initiatives to assist local governments in introducing sustainable
procurement processes2.

Smart SPP Innovation through sustainable procurement provide a


number of evaluated case studies from various Member States.3

The city and state of Hamburg procured new lighting systems (state-ofthe-art
technology)
for
its
public
buildings.
ftp://ftp.cordis.europa.eu/pub/innovation-policy/studies/case1.pdf

Ener-in-Town was an Intelligent Energy Europe funded project that


commenced in January 2006 and lasted for 30 months. Its aims were to
establish greater control over energy consumption in municipal buildings
which was extended to 37 municipalities in the Basque Country.
http://www.enerintown.org/home

Information on ICLEIs activities can be found at: www.iclei-europe.org/sustainable-procurement


http://www.smart-spp.eu/fileadmin/template/projects/smart_spp/files/Case_studies/SMART_
SPP_Case_ Studies_ENG-www.pdf
3

The procurement and deployment of an electric vehicles recharging


network in the Basque Country was a 50:50 joint venture by the Basque
Government and a private company.4

Mayor
of
London's
Green
http://www.greenprocurementcode.co.uk/

The Sustainable Procurement Toolkit (Forum for the Future),


http://www.forumforthefuture.org/sites/default/files/project/downloads
/sptoolguidance.pdf

Although only partially developed to date, the City Protocol


(www.cityprotocol.org) is intended to address some of the barriers raised
in this document through collaborative initiatives.

Procurement

Code:

2.1 Common characteristics of exemplary


procurement processes
A needs assessment to carry out and participate in the procurement of innovative
technologies and solutions was undertaken by the SMART SPP Programme5. The
Guide on dealing with innovative solutions in public procurement6 also provides
examples of good practice. The lessons learned from this work suggest that there
are common characteristics which encourage, enable, engage and exemplify
innovative sustainable procurement opportunities:
Encourage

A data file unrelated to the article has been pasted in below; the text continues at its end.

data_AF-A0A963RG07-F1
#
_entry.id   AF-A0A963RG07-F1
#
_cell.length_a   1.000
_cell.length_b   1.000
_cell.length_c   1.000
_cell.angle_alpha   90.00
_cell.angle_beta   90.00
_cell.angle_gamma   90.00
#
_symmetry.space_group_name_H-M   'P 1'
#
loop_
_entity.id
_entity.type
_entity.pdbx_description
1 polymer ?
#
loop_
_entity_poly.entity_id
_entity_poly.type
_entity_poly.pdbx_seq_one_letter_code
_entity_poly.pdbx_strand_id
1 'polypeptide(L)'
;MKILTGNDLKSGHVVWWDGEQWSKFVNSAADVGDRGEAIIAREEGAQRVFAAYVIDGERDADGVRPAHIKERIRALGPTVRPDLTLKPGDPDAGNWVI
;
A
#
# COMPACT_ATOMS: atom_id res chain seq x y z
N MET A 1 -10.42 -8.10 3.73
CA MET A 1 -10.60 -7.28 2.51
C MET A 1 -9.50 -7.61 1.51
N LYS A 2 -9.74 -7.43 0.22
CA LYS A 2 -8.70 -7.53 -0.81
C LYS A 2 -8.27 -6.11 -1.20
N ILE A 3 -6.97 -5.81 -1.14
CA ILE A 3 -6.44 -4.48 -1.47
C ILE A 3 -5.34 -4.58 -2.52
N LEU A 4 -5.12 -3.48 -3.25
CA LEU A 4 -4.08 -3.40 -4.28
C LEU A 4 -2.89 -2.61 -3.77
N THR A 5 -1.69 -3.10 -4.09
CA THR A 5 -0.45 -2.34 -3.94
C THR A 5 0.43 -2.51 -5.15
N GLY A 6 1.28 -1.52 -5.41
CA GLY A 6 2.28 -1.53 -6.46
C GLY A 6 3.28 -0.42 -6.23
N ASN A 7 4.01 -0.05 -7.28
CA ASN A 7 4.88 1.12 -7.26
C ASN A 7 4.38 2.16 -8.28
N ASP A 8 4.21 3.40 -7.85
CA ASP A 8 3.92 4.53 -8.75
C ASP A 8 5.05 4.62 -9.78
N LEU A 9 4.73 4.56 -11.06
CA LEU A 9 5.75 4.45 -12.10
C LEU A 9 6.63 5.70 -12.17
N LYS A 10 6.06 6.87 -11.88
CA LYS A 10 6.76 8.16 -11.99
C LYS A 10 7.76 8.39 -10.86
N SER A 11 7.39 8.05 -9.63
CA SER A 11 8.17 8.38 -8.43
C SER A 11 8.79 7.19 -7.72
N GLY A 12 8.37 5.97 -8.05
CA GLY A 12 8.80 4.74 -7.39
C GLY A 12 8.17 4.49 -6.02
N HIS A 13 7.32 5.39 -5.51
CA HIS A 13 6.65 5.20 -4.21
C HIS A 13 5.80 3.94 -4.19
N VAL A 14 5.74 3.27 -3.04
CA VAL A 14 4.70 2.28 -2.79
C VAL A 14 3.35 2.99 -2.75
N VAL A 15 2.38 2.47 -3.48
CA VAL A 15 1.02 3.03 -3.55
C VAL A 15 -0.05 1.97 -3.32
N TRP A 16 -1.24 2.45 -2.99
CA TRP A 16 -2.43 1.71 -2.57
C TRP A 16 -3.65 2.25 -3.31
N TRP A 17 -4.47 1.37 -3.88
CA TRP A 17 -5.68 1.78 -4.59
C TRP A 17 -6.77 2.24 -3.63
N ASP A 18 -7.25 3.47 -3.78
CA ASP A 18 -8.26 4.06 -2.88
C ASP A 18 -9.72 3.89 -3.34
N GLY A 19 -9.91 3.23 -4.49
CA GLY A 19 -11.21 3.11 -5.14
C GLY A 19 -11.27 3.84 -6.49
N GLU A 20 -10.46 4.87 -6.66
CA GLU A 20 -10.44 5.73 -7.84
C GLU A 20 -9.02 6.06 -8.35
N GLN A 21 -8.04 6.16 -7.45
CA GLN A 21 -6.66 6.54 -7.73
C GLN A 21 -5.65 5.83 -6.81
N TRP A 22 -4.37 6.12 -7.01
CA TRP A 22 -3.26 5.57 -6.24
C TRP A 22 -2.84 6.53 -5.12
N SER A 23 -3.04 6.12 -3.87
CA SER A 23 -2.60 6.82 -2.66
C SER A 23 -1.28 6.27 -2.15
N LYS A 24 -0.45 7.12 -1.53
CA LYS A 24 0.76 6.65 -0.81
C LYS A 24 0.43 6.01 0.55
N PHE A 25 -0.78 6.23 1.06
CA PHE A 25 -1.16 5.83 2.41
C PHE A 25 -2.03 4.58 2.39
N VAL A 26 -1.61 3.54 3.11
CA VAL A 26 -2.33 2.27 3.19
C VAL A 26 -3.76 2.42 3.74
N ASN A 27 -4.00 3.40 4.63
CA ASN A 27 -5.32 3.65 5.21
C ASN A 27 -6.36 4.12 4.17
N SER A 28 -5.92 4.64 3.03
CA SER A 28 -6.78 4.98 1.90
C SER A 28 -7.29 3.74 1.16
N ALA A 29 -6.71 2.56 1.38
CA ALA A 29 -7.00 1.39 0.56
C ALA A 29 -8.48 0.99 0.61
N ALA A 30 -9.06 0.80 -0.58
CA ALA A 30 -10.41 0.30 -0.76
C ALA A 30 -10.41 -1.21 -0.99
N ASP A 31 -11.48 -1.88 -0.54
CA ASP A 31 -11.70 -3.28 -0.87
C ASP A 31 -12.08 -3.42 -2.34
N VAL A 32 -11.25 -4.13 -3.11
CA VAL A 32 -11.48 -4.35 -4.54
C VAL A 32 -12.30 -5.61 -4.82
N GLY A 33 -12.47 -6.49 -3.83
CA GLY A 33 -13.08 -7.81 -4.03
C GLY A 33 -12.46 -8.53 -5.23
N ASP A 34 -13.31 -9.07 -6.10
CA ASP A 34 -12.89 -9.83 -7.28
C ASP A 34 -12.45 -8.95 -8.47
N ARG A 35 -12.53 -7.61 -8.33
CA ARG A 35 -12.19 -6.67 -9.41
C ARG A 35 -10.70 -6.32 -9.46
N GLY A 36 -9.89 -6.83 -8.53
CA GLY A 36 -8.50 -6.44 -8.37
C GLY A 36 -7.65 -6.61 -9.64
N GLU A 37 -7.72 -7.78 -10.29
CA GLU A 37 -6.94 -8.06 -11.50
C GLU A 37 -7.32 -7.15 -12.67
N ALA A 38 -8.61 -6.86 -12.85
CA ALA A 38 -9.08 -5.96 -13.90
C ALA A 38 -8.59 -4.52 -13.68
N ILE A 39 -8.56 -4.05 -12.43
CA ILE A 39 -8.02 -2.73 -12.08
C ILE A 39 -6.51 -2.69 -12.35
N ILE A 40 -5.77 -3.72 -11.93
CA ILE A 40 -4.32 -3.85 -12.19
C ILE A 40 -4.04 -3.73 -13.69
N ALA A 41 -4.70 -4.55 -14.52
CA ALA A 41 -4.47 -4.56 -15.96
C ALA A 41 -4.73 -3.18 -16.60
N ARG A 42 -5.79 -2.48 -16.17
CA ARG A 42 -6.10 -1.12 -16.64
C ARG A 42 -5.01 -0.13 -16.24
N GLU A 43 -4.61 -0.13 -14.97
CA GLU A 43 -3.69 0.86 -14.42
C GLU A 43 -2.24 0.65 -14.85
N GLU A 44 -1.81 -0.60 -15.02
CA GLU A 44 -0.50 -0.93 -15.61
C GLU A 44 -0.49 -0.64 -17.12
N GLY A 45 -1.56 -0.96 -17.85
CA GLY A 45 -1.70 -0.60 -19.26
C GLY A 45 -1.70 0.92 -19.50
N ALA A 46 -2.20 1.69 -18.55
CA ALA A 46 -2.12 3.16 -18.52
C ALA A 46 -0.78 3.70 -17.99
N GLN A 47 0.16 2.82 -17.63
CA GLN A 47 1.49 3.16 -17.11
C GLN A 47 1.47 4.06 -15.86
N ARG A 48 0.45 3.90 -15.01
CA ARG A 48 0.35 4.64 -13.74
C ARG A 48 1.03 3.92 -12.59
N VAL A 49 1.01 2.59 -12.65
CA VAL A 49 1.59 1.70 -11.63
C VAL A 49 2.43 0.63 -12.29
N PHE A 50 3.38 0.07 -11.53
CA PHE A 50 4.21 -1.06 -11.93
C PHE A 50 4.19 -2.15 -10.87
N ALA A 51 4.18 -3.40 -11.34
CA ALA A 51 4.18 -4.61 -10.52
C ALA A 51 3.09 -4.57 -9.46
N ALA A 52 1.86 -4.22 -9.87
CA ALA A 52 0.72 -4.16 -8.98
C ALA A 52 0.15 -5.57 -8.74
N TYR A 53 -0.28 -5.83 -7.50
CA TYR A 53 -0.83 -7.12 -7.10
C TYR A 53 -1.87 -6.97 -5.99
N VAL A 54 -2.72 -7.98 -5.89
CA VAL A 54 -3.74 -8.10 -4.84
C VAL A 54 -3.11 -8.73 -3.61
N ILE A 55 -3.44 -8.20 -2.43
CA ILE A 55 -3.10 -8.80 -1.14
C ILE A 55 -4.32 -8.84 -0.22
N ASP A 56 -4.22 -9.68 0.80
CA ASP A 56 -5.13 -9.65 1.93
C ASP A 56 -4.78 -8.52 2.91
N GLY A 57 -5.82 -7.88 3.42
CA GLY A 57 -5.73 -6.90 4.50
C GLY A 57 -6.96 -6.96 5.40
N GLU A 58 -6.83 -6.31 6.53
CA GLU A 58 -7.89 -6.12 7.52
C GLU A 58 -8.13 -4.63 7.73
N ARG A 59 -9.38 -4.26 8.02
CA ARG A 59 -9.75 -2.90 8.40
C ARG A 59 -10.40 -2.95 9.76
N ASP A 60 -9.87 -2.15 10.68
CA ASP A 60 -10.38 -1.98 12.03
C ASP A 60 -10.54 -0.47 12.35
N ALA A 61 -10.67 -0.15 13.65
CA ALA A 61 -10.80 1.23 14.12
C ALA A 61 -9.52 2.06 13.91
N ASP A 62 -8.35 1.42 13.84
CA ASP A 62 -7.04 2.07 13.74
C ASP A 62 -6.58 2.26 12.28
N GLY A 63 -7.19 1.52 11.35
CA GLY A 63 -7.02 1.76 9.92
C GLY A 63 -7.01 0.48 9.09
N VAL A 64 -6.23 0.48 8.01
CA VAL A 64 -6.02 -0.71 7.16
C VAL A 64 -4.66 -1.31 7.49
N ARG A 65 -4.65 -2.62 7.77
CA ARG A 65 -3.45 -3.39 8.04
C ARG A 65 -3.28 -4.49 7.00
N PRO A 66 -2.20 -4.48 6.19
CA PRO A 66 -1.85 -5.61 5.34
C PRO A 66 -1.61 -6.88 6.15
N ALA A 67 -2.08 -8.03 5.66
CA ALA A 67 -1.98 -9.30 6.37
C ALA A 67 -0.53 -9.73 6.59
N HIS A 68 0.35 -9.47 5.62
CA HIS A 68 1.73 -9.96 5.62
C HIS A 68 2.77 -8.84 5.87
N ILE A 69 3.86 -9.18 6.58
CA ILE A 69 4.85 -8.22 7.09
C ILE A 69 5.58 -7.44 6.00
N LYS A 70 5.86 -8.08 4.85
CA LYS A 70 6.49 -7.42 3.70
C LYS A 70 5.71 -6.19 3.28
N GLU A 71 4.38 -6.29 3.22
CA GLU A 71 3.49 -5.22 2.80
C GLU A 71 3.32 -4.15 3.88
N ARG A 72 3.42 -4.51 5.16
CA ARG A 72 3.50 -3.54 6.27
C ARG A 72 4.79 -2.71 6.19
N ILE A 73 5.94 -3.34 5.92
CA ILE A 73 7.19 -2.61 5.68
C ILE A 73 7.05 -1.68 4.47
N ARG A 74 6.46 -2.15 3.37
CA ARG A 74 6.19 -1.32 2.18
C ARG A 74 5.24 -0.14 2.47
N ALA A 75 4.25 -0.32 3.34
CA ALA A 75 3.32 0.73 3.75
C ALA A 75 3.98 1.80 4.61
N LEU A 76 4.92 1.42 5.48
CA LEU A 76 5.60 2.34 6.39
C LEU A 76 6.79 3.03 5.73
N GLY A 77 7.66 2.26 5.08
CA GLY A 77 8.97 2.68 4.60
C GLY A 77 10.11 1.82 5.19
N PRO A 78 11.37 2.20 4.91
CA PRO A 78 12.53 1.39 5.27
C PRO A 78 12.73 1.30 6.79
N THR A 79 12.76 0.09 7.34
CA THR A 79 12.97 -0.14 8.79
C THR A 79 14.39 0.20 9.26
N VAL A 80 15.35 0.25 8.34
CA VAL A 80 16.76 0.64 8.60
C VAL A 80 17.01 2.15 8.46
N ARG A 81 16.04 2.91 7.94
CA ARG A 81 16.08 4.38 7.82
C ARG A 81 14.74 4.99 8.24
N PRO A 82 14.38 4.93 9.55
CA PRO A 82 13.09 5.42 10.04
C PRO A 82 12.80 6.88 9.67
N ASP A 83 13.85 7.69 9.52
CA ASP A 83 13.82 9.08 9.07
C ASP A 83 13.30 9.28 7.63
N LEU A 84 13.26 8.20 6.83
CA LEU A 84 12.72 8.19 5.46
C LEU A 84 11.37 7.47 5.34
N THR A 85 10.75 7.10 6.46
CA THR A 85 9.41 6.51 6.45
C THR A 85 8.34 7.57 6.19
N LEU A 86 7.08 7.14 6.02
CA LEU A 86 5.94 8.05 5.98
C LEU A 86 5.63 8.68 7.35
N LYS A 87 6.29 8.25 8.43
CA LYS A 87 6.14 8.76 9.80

Public authorities should have clear political carbon reduction strategies


and targets in place which cascade down to procurement
mandates/strategies and budgets, as well as to other kinds of strategies
(e.g. normative commitment).

Strong leadership is required to embed and innovate through standard or


advanced public procurement processes .

A well-defined economic framework, which identifies the benefits of


procurement for innovation, can accelerate the pace of change.

Enable

Public procurement of innovative solutions requires intelligent


organization (e.g. centralized process management) and professional welltrained staff.

Procurers need to have a strong appetite for risk this emphasises the
value of peer-to-peer training of public procurement professionals.

http://www.eve.es/Noticias/Los-cuatro-proyectos-energeticos-impulsados-por-el.aspx?lang=en-GB
http://www.smart-spp.eu/fileadmin/template/projects/smart_spp/files/SMART_SPP_D2.1_Needs
AssessmentReport.pdf
6
http://www.proinno-europe.eu/publications
5

Defined assessment criteria seeking value for money, not just the lower
price, should be in place.

The tendering of well-defined Energy Services Contracts is a key way to


finance investment in public buildings and infrastructure.

Engage

Strong engagement with the market to procure sustainable solutions is


essential.

Public Administrations should identify, via technical dialogue or by other


means, what is actually available on the market, before deciding whether
and what to buy.

Public administrations should work with companies that will deliver the
service or product, so that they can translate their needs and companies